• Additional reagents and equipment for tissue culture ( appendix 3G) and analysis for gene expression (e.g., CPMB UNITS )

Alternate Protocol 1: Preparation of Adenovirus‐Polylysine‐DNA Transfection Complexes Using Polylysine‐Adenovirus

  • 0.5 to 1 × 1012 particles/ml polylysine‐adenovirus (see protocol 13)
  • 1 mg/ml polylysine‐L‐lysine hydrobromide (30,000 to 70,000 mol. wt., Sigma) or transferrin‐polylysine containing 0.4 µg poly‐L‐lysine (see protocol 11)
  • Additional reagents and equipment for tissue culture ( appendix 3G)

Alternate Protocol 2: Preparation of Adenovirus‐Polylysine‐DNA Transfection Complexes Using Free Virus

  • Poly‐L‐lysine hydrobromide (70,000 to 150,000 mol. wt., Sigma) or transferrin‐polylysine conjugate (see protocol 11)
  • CsCl‐purified adenovirus (see protocol 4; may be psoralen inactivated, see protocol 6), at >0.1 × 1012 particles/ml
  • Cells to be transfected, at 20,000 to 50,000 cells/well in 24‐well tissue culture plate
  • recipeBuffered complete Dulbecco's minimal essential medium supplemented with 2% (v/v) horse serum (DMEM/2% HS; see recipe)
  • recipeBuffered complete DMEM supplemented with 10% (v/v) FBS (DMEM/10% FBS; see recipe)
  • Additional reagents and equipment for tissue culture ( appendix 3G) and assaying for gene expression (e.g., CPMB UNITS )

Support Protocol 1: Growth and Purification of Adenovirus

  Materials
  • Cells: 293 (ATCC CRL‐1573) or W162 (Weinberg and Ketner, ), 80% confluent in 180‐cm2 flask
  • recipeBuffered complete minimal essential medium alpha supplemented with 10% (v/v) newborn calf serum (MEMα/10% NCS; see recipe)
  • recipeBuffered complete Dulbecco's modified Eagle medium (DMEM) supplemented with 2% (v/v) horse serum (DMEM/2% HS; see recipe)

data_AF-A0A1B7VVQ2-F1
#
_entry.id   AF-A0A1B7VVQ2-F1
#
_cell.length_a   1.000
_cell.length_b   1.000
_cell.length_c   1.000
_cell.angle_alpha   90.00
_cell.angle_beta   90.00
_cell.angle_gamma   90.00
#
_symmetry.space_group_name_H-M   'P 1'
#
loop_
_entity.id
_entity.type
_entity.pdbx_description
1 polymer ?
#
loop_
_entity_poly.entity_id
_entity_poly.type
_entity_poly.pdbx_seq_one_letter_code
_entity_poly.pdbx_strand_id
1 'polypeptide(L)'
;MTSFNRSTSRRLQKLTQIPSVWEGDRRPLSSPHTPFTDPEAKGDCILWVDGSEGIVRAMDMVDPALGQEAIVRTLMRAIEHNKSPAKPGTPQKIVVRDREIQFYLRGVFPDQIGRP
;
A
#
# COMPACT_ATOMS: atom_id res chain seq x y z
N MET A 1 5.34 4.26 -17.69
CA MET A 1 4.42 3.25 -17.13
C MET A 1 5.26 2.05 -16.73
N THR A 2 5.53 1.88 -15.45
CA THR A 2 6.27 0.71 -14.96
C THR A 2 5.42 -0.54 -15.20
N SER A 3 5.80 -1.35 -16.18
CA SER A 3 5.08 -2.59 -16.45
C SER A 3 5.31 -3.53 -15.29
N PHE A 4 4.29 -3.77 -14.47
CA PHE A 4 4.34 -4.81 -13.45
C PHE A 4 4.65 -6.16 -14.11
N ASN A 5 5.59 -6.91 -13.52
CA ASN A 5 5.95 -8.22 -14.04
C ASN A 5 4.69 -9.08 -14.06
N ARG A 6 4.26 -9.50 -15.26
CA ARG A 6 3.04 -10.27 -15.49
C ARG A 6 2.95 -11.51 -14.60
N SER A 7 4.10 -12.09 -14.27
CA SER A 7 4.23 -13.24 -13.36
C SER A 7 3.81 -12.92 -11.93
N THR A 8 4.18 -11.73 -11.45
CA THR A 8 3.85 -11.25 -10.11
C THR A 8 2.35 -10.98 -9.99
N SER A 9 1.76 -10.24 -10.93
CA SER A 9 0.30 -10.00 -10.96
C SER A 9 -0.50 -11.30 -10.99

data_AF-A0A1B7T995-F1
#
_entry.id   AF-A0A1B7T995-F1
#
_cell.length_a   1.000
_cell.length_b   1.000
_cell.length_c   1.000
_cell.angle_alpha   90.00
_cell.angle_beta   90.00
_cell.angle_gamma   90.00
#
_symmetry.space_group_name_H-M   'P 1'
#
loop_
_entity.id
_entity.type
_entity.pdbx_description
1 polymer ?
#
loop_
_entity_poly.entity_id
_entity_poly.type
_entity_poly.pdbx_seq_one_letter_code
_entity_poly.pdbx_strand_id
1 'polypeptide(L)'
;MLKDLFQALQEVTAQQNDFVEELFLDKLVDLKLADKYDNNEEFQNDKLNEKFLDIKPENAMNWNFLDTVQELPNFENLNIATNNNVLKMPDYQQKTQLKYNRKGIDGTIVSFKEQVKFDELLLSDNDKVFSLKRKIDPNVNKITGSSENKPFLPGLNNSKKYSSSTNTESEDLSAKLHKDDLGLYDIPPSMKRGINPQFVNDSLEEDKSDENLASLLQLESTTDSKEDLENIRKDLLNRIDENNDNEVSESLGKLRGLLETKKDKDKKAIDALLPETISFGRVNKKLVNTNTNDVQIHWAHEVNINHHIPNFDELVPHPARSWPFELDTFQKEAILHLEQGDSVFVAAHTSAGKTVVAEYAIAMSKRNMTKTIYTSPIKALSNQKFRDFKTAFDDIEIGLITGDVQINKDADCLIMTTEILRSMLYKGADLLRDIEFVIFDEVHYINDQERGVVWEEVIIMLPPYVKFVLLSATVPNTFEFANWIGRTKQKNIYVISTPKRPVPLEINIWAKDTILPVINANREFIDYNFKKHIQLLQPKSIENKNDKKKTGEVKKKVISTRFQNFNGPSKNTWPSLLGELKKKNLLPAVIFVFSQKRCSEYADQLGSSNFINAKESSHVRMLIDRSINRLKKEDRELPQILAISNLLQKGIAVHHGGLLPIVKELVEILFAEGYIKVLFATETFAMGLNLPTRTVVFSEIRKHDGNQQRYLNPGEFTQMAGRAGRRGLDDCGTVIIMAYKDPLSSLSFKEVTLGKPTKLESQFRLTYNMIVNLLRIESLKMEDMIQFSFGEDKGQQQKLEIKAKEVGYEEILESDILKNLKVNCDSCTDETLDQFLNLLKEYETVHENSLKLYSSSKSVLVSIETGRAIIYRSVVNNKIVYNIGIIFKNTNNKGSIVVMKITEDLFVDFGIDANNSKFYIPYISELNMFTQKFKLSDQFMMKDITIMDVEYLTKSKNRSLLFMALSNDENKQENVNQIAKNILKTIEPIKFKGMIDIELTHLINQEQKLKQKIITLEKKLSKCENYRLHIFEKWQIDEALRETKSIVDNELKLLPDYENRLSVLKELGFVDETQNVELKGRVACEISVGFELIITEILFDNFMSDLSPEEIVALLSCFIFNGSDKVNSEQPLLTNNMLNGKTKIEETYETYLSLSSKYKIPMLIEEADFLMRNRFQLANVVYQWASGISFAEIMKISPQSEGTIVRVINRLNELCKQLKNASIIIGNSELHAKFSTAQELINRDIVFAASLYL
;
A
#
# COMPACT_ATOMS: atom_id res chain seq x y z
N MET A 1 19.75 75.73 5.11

• recipeBuffered complete DMEM supplemented with 10% FBS (DMEM/10% FBS; see recipe)
  • Adenovirus stock: e.g., Ad5 dl312 (Jones and Shenk, ) or Ad5 dl1014 (Bridge and Ketner, )
  • 20 mM N‐2‐hydroxyethylpiperazine‐N′‐2‐ethanesulfonic acid (HEPES), pH 7.4
  • recipe100 mM phenylmethylsulfonyl fluoride (PMSF) in ethanol (see recipe)
  • 1,1,2‐trichlorotrifluoroethane (freon; EM Science)
  • recipeHEPES‐buffered saline, pH 7.4 (HBS; see recipe)
  • recipeHBS/40% (v/v) glycerol (see recipe)
  • recipeCsCl solutions: 1.31 g/cm3 and 1.64 g/cm3, pH 7.4 (see recipe)
  • Liquid nitrogen or dry ice/ethanol bath
  • 180‐cm2 tissue culture flasks
  • 50‐ml centrifuge tubes or 250‐ml centrifuge bottles
  • Heraeus centrifuge and 2705 rotor or Sorvall centrifuge and GSA rotor or equivalent
  • 360‐W sonicating water bath
  • Long hypodermic needles:
    • 0.9 (20‐G) × 120–mm needle (Althin Mediplast AB) for VTi 65 tube
    • 21‐G × 3‐⅛‐in. (79.4‐cm) needle (Erosa, Rose GmBH) for VTi 50 tube
    • VTi 50 and VTi 65 centrifuge tubes (Beckman)
  • Ultracentrifuge and VTi 50 and VTi 65 rotors or equivalent
  • 5‐ml syringe and 21‐G needles
  • Refractometer
  • Additional reagents and equipment for tissue culture ( appendix 3G) and quantitating virus by measuring protein content (see protocol 7)
CAUTION: Cell culture and virus preparation should be carried out in a cell culture facility with containment at a level appropriate for the virus used (see Chapter 12 Introduction or consult local safety authorities).

Support Protocol 2: Biotinylation of Adenovirus

  Materials
  • Sulfosuccinimidyl‐6‐(biotinimido)hexamate (NHS‐LC‐biotin, Pierce; store desiccated)
  • 5 mM N‐hydroxyethylpiperazine‐N′‐2‐ethanesulfonic acid (HEPES), pH 7.9
  • Purified adenovirus at 0.5 to 3 × 1012 particles/ml, direct from CsCl gradient, in recipeHEPES‐buffered saline (HBS) or in recipeHBS/40% glycerol (see protocol 4)
  • recipeHBS/40% (v/v) glycerol (see recipe)